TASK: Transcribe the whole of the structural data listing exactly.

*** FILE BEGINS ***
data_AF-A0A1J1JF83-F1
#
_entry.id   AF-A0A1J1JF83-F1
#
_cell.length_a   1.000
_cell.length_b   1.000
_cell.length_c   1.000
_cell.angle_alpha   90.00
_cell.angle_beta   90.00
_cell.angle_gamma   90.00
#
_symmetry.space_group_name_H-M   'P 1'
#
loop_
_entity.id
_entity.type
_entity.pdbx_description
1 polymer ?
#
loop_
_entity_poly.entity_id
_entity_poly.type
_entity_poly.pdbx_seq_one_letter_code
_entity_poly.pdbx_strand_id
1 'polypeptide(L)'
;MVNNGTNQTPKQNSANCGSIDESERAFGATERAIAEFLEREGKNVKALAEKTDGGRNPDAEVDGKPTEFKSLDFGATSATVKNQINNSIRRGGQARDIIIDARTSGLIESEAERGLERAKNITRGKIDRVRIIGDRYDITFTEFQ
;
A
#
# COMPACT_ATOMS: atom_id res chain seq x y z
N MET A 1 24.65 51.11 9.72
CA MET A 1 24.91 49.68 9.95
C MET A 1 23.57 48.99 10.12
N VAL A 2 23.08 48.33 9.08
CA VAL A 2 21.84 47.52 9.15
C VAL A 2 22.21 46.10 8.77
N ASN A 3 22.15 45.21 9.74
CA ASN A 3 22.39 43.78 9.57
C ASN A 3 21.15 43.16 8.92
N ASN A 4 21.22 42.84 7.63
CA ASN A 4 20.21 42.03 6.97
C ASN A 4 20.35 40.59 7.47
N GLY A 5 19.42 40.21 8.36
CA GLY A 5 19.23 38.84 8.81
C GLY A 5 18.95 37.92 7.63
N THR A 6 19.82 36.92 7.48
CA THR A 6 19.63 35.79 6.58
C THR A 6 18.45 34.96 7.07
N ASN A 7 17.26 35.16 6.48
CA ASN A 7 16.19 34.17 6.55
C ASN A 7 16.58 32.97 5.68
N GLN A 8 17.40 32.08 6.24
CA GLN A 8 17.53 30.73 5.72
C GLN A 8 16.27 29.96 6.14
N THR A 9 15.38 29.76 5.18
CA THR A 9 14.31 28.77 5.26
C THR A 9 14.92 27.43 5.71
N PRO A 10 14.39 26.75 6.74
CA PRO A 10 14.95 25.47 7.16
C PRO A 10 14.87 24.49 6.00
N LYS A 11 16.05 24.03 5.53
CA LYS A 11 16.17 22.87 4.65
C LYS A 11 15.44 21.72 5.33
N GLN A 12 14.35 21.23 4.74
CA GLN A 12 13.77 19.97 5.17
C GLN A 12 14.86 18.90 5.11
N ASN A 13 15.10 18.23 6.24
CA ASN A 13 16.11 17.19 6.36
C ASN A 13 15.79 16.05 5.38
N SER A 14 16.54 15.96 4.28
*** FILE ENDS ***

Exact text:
data_AF-A0A1J1JF83-F1
#
_entry.id   AF-A0A1J1JF83-F1
#
_cell.length_a   1.000
_cell.length_b   1.000
_cell.length_c   1.000
_cell.angle_alpha   90.00
_cell.angle_beta   90.00
_cell.angle_gamma   90.00
#
_symmetry.space_group_name_H-M   'P 1'
#
loop_
_entity.id
_entity.type
_entity.pdbx_description
1 polymer ?
#
loop_
_entity_poly.entity_id
_entity_poly.type
_entity_poly.pdbx_seq_one_letter_code
_entity_poly.pdbx_strand_id
1 'polypeptide(L)'
;MVNNGTNQTPKQNSANCGSIDESERAFGATERAIAEFLEREGKNVKALAEKTDGGRNPDAEVDGKPTEFKSLDFGATSATVKNQINNSIRRGGQARDIIIDARTSGLIESEAERGLERAKNITRGKIDRVRIIGDRYDITFTEFQ
;
A
#
# COMPACT_ATOMS: atom_id res chain seq x y z
N MET A 1 24.65 51.11 9.72
CA MET A 1 24.91 49.68 9.95
C MET A 1 23.57 48.99 10.12
N VAL A 2 23.08 48.33 9.08
CA VAL A 2 21.84 47.52 9.15
C VAL A 2 22.21 46.10 8.77
N ASN A 3 22.15 45.21 9.74
CA ASN A 3 22.39 43.78 9.57
C ASN A 3 21.15 43.16 8.92
N ASN A 4 21.22 42.84 7.63
CA ASN A 4 20.21 42.03 6.97
C ASN A 4 20.35 40.59 7.47
N GLY A 5 19.42 40.21 8.36
CA GLY A 5 19.23 38.84 8.81
C GLY A 5 18.95 37.92 7.63
N THR A 6 19.82 36.92 7.48
CA THR A 6 19.63 35.79 6.58
C THR A 6 18.45 34.96 7.07
N ASN A 7 17.26 35.16 6.48
CA ASN A 7 16.19 34.17 6.55
C ASN A 7 16.58 32.97 5.68
N GLN A 8 17.40 32.08 6.24
CA GLN A 8 17.53 30.73 5.72
C GLN A 8 16.27 29.96 6.14
N THR A 9 15.38 29.76 5.18
CA THR A 9 14.31 28.77 5.26
C THR A 9 14.92 27.43 5.71
N PRO A 10 14.39 26.75 6.74
CA PRO A 10 14.95 25.47 7.16
C PRO A 10 14.87 24.49 6.00
N LYS A 11 16.05 24.03 5.53
CA LYS A 11 16.17 22.87 4.65
C LYS A 11 15.44 21.72 5.33
N GLN A 12 14.35 21.23 4.74
CA GLN A 12 13.77 19.97 5.17
C GLN A 12 14.86 18.90 5.11
N ASN A 13 15.10 18.23 6.24
CA ASN A 13 16.11 17.19 6.36
C ASN A 13 15.79 16.05 5.38
N SER A 14 16.54 15.96 4.28